Oct. 8 2012 09:09 PM

Our top three picks of San Diego events this week

Ukulele artist Brittni Paiva headlines the festival
Photo by Tracey Niimi

1 Ukulele Hero

Living in Hawaii, it seemed only natural that Brittni Paiva would pick up a ukulele at some point. When she was 11, her grandfather gave her one that had belonged to his mother. Paiva, who’d played piano since she was 4, quickly mastered the instrument.

Now the 23-year-old’s touring the world, has released five CDs and is one of the performers at the inaugural San Diego Ukulele Festival taking place at the Port Pavilion on Broadway Pier from 10 a.m. to 10 p.m. Saturday, Oct. 13, and 10 a.m. to 9 p.m. Sunday, Oct. 14. The fest includes workshops, vendors and performances by two-dozen uke players. (You can catch Paiva at 7 p.m. on Saturday; she also recommends checking out Sarah Maisal at 3:15 p.m. on Saturday and fellow islander Taimane Gardner at 3 p.m. on Sunday.)

Paiva acknowledges that the ukulele often doesn’t get the respect it deserves. (Thanks, Tiny Tim.)

“Coming from Hawaii, we hold it to a very high value. It’s part of the band here, and so when you go out to other places like Japan, Australia, to the mainland U.S., it tends to change a little bit,” she says. “I guess I would like to bring that value back to the instrument. It’s a high-class instrument. It can play anything a guitar can play. I want to show that it’s able to keep up with the guitar.”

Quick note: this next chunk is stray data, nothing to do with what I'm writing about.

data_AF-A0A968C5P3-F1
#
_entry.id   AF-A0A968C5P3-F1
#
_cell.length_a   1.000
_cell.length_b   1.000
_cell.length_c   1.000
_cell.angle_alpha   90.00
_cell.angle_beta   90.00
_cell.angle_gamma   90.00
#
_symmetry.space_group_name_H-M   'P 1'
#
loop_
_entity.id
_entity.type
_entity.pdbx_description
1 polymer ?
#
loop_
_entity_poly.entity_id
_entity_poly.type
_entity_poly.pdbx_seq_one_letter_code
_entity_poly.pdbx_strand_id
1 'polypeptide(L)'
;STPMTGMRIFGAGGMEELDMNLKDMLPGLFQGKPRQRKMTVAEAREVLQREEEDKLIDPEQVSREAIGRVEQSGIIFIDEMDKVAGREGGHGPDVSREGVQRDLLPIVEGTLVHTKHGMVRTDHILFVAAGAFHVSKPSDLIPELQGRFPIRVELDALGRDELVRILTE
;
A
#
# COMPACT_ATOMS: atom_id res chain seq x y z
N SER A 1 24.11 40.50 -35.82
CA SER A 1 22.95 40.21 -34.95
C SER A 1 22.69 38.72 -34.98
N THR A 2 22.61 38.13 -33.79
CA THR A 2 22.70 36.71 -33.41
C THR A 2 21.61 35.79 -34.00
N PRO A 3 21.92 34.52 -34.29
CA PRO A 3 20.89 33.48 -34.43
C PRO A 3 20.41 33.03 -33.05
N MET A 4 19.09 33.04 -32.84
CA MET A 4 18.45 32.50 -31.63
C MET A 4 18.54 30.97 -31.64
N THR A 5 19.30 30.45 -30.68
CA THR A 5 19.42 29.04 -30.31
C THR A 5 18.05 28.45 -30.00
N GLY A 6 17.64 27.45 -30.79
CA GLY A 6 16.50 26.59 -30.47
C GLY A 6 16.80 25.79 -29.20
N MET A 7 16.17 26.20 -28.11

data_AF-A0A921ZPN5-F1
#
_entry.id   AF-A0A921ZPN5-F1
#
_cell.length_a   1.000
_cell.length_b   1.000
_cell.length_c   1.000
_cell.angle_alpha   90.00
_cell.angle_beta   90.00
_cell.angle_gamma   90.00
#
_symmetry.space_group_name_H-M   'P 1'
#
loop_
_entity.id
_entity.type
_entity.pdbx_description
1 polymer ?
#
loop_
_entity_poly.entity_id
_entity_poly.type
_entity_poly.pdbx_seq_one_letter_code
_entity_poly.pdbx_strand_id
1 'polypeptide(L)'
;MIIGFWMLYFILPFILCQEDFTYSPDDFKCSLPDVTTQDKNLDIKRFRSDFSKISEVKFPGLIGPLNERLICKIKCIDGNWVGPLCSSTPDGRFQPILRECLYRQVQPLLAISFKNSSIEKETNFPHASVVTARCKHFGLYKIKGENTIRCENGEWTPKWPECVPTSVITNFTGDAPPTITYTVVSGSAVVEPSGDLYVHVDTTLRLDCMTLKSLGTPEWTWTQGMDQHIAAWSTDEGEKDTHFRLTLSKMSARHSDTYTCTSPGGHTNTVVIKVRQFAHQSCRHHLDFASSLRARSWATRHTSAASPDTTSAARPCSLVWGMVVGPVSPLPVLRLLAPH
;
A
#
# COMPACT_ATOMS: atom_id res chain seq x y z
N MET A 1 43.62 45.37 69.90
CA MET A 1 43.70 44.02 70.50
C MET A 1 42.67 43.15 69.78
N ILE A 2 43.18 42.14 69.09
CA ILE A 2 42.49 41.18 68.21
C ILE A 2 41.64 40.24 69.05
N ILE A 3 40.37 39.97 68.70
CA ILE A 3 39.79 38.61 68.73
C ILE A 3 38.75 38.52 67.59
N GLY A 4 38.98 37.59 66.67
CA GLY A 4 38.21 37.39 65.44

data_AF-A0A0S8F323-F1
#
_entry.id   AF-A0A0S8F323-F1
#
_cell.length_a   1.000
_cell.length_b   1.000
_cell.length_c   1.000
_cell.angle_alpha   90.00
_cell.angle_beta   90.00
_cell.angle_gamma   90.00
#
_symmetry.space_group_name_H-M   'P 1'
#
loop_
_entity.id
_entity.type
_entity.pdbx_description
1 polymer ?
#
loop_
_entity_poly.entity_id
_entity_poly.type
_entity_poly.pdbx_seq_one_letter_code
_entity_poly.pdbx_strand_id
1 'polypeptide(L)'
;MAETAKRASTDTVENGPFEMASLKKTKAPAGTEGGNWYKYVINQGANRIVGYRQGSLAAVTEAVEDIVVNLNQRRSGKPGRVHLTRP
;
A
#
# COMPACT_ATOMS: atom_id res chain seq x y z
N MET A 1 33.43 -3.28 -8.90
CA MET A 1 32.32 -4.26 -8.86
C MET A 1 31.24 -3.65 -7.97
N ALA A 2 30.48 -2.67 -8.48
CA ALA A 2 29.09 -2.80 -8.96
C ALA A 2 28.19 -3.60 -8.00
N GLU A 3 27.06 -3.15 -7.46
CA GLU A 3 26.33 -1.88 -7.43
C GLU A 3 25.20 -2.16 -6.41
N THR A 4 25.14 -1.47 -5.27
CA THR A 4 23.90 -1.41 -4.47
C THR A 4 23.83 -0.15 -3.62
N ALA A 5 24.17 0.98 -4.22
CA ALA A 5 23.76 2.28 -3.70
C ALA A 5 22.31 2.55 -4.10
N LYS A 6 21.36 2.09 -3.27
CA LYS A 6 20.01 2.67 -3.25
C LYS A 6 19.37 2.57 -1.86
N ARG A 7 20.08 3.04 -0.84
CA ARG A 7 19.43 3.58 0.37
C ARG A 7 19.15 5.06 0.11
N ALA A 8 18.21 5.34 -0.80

(To see some of what Paiva’s talking about, check her out on YouTube channel.)

She’s not yet sure what she’ll play at the festival—she says she’ll decide when she gets there.

“It really depends on the crowd,” she says. “If the crowd’s a little more relaxed, I’ll play stuff that has really good grooves to it. If the crowd is up and jumping and there’s a mosh pit in the front, then I’ll tend to play some upbeat stuff. I do like to shred on my uke once in awhile.”

2 Protest signs

The imagery that comes about during times of civil unrest usually stays embedded in our memory the longest. Like the Berlin Wall coming down or countless “We are the 99 percent” posters on Wall Street. At AgitPOP: Protest Becomes Graphic, opening from 5 to 7 p.m. Thursday, Oct. 11, San Diego Mesa College Art Gallery (7250 Mesa College Drive in Kearny Mesa) will celebrate artistic posters created by local artists during these moments of societal upheaval. It features original posters by Lalo Alcaraz, Chikle, Melanie Cervantes, Favianna Rodriguez and Jesus Barraza that were used to rally the people. Alcaraz and Chikle will lead a presentation at the opening. Attendees are encouraged to wear a T-shirt printed with their favorite protest slogan. The posters will be on view through Nov. 6. sdmesa.edu/art-gallery

3 Digital Collage

The photography methods that Ruud van Empel uses in his work make it easily mistakable for another art form. In a new documentary, Ruud van Empel: Beyond Innocence, his 21st-century, digital techniques reveal a new kind of photography that messes with the mind. In his series Strange Beauty, van Empel uses collage techniques to set children against lush, tropical backdrops, even partially submerging them in water; the creepy part is that the kids look similar to porcelain dolls with big white eyes. Trip out on the Amsterdam-based artist’s digital eye-candy at his first solo show in the States, opening at the Museum of Photographic Arts (1649 El Prado, Balboa Park) on Saturday, Oct. 13, and running through Feb. 3. mopa.org

Does your event deserve to be in our top three? Email our events editor, Alex Zaragoza. You can also bug her on Twitter.